Vaccaro Questions NCAA’s Judgment
The NCAA’s agenda in certain situations involving schools and athletes is certainly questionable.
Grassroots basketball enthusiast Sonny Vaccaro made some interesting points recently in an interview with Henry Abbot here.
On the topic of Derrick Rose and the wins vacated from Memphis, it is possible the NCAA came down hard on the Tigers because the school is not a traditional powerhouse Bowl Championship Series school. Vaccaro feels that some other schools in the BCS generally are let off easy because of the revenue the schools generate for the giant entertainment conglomerate that has become the NCAA.
The specific case of Reggie Bush is cited, pointing out that while Memphis was quickly penalized, the University of Southern California has yet to be sentenced for the school’s actions from 2006 with Bush, which Vaccaro finds “interesting.”
Vaccaro then goes on to make a huge point against the NBA’s age limit rule. The reason for the supposed beneficial rule is to force talented young athletes to go to college and become more well-rounded individuals. But in many cases, the main justification coaches give to recruits on reasons to come to the school is because the coach can get them to the NBA.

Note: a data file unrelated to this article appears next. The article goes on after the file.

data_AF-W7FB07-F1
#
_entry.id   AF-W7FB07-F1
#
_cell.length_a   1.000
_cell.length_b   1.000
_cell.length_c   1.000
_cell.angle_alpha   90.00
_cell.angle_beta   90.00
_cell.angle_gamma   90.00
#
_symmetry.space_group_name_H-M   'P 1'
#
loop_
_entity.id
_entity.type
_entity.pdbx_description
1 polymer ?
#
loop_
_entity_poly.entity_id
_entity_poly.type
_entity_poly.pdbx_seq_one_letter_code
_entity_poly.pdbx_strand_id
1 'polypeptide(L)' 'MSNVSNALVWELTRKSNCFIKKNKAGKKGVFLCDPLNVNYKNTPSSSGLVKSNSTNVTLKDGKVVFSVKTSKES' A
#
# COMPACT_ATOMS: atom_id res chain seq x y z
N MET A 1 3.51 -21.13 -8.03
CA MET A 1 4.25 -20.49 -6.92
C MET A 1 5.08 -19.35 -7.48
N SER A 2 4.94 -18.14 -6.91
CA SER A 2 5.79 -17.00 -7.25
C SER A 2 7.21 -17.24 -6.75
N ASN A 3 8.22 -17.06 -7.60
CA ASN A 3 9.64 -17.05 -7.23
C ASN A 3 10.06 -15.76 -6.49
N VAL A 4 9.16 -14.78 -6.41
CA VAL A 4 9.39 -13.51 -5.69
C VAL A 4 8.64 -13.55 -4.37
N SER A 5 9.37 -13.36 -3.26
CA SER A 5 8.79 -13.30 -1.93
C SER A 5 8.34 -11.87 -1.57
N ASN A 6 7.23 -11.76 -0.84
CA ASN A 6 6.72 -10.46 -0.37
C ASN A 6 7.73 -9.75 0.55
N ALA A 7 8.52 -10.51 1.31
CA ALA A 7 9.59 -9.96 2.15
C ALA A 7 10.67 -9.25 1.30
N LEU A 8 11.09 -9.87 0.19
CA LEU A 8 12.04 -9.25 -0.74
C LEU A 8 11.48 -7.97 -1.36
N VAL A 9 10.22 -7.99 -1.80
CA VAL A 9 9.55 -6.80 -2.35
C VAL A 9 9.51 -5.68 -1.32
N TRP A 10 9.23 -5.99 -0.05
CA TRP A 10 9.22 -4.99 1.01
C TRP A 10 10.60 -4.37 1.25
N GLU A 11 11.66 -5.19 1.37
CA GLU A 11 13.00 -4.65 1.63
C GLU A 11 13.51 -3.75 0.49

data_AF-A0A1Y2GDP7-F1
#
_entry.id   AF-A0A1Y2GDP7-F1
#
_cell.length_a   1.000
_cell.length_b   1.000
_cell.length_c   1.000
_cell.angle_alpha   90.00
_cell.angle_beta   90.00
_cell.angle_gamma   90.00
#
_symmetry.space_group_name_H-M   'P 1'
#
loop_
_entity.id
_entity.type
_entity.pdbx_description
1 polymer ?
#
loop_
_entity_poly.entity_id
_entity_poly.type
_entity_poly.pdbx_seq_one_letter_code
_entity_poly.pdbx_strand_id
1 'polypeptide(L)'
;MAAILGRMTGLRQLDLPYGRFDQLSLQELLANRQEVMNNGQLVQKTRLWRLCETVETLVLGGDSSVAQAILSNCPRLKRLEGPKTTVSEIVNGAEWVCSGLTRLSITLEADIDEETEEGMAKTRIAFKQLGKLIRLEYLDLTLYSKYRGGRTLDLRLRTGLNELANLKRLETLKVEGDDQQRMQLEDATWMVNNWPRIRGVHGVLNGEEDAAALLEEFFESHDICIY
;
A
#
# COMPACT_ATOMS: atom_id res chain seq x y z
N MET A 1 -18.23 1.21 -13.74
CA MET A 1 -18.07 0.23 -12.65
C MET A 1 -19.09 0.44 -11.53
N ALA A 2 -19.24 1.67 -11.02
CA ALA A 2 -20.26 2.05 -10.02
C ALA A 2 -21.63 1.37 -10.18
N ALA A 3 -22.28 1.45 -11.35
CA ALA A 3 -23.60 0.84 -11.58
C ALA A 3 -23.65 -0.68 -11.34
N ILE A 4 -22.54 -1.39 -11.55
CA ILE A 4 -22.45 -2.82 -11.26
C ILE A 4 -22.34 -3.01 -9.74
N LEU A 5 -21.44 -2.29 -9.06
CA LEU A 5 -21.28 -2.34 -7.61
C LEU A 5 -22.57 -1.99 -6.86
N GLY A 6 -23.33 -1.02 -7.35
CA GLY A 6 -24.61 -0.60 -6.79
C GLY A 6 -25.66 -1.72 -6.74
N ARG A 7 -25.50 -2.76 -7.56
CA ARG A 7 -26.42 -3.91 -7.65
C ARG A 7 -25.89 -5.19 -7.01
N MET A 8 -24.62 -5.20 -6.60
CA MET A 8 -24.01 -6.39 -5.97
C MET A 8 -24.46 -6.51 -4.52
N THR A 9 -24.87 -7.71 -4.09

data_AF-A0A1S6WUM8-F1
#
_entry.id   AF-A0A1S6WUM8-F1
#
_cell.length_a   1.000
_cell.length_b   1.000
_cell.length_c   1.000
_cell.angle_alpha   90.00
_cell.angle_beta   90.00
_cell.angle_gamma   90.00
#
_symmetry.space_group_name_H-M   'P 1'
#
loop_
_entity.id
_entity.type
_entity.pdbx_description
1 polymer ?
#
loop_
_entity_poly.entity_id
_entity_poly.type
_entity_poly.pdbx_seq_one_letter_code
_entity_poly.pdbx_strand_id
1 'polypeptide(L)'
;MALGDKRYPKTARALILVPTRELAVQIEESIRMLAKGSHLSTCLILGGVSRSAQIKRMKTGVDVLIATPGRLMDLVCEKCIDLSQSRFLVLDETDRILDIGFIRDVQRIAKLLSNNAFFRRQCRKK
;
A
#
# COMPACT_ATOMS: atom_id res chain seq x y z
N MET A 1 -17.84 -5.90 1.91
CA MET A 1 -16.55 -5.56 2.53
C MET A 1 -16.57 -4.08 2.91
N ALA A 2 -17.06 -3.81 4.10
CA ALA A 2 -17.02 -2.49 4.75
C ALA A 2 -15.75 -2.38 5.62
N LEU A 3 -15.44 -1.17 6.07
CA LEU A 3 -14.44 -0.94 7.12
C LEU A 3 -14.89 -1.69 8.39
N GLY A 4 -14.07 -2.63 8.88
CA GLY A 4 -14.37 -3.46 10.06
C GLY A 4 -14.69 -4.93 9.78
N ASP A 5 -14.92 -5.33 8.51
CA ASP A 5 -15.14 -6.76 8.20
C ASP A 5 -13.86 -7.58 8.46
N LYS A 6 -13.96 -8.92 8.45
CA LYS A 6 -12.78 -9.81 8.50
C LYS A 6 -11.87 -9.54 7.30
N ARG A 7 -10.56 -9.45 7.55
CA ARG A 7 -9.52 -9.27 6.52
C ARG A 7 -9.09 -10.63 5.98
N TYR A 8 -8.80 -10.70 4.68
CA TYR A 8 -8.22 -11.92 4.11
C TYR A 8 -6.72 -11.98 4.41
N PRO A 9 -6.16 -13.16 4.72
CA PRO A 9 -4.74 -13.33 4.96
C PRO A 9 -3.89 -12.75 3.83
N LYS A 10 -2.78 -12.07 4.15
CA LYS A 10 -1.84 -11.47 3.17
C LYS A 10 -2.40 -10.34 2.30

Would Tyreke Evans, DeMar DeRozan, or Jrue Holiday have needed any help getting to the NBA if there was no rule? Doubtful. Brandon Jennings definitely did not and still managed to be a lottery pick.
So why are many coaches using the lure of the NBA to recruit players when the supposed reason for the age rule is the lure of college? It’s probably because college doesn’t seem as sexy when you are earning absolutely nothing. But having these NBA-ready talent forced to go to college makes a lot of money for the NCAA.
Does the NCAA really want these kids to get an education? The association can’t believe that most of these players will be staying for more than one, or even two, years. Free labor, though, for the collegiate entertainment industry is very beneficial for the NCAA.
Rose isn’t the first and won’t be the last player the NCAA has used to dictate how it wants business conducted.